Recent changes in social needs and the health care system have prompted the development of new teaching strategies and methods in which active learning by students in small groups is emphasized. We created an “early exposure” training program to enable freshman medical students to obtain practical experience at medical and welfare institutions. This program was designed with the following features 1) student-centered and self-directed learning, 2) integrated education for knowledge, skills, attitude and ethics, 3) training in communication skills, and 4) tutor-assisted and small-group discussion. Tutors were recruited from basic medical science departments. In a self-evaluation survey, 92% of students found this early exposure training to be excellent or good. Most students achieved improvement in communication skills, attitude and ethics among the educational objectives. However, a few students did not fulfill any objectives, and thus we should consider further improvements in the tutorial system.
A new method of evaluating learning, combining the 2 categories of knowledge/skills and attitude, has been introduced into the course on preventive medicine and community health. The goal was to improve student attitudes towards learning. In this article, our five years' experience from 1989 to 1993 is reported and follows a previous similar study from 1986 to 1988. This time, the records of 3 of 490 students were judged to be inadequate for promotion to the next grade. Although one-half of the students agreed with this method of evaluation, 15 % disagreed. The usefulness ofthis new method is discussed, based on our results.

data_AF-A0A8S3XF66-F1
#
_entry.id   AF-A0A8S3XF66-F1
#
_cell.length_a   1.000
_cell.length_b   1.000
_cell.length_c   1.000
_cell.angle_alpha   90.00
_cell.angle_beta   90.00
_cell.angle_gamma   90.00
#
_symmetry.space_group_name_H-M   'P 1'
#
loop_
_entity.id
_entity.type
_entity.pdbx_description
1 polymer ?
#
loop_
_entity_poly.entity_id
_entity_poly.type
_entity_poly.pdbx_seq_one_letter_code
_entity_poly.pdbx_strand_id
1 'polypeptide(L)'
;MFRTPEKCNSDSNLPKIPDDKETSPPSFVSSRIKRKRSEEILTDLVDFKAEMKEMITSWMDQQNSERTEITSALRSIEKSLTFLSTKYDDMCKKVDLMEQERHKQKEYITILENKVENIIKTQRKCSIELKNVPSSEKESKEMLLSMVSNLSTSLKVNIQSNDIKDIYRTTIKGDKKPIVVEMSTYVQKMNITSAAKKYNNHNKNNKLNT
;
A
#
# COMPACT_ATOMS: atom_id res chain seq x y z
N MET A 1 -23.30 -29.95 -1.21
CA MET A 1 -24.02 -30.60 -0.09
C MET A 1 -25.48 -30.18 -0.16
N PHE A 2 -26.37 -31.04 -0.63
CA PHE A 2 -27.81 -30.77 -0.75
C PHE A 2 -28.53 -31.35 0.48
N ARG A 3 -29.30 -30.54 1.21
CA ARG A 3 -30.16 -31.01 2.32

The learning of problem-solving skills at the bedside in our department was investigated by comparing the results of student self-evaluations with teacher evaluations before and after the bedside learning (BSL) course. Students evaluated their behavior highly in terms of 1) positiveness, 2) motivation, and 3) bedside manner. However, they evaluated their medical competence poorly in terms of the ability to 4) perform physical examinations, 5) analyze medical histories and clinical findings, 6) interpret ECG and X-ray films, and 7) gather data, and 8) recall medical knowledge. The results of the student self-evaluations on items 5) to 8) were compared to those of the teacher evaluations before the BSL course (term examination in the fourth year) and after the BSL course. The student self-evaluations were not correlated with the two teacher evaluations, but there was a very close correlation between the two teacher evaluations.
When serious emergency patients come to a 3rd-level emergency hospital, they are able to obtain optimal medical treatment for their condition. However, the emergency room of general hospitals are extremely crowded with many kinds of patients, ranging from 1st-to 3rd-level emergencies. Thus, a good training program in triage is necessary for emergency medicine doctors because of the risk of inappropriate management of patients. In this study, we examined the number of 2nd-and 3rd-level emergency patients who came to our emergency room initially as walk-in 1st-level emergency patients in 1991 and 1992. Our results indicate that the education for emergency medicine doctors needs to cover a wide range of medical fields dealing with 1st-to 3rd-level emergency patients, and that ideal training in emergency medicine must be organized in hospitals that accept 1st-to 3rd-level emergency patients.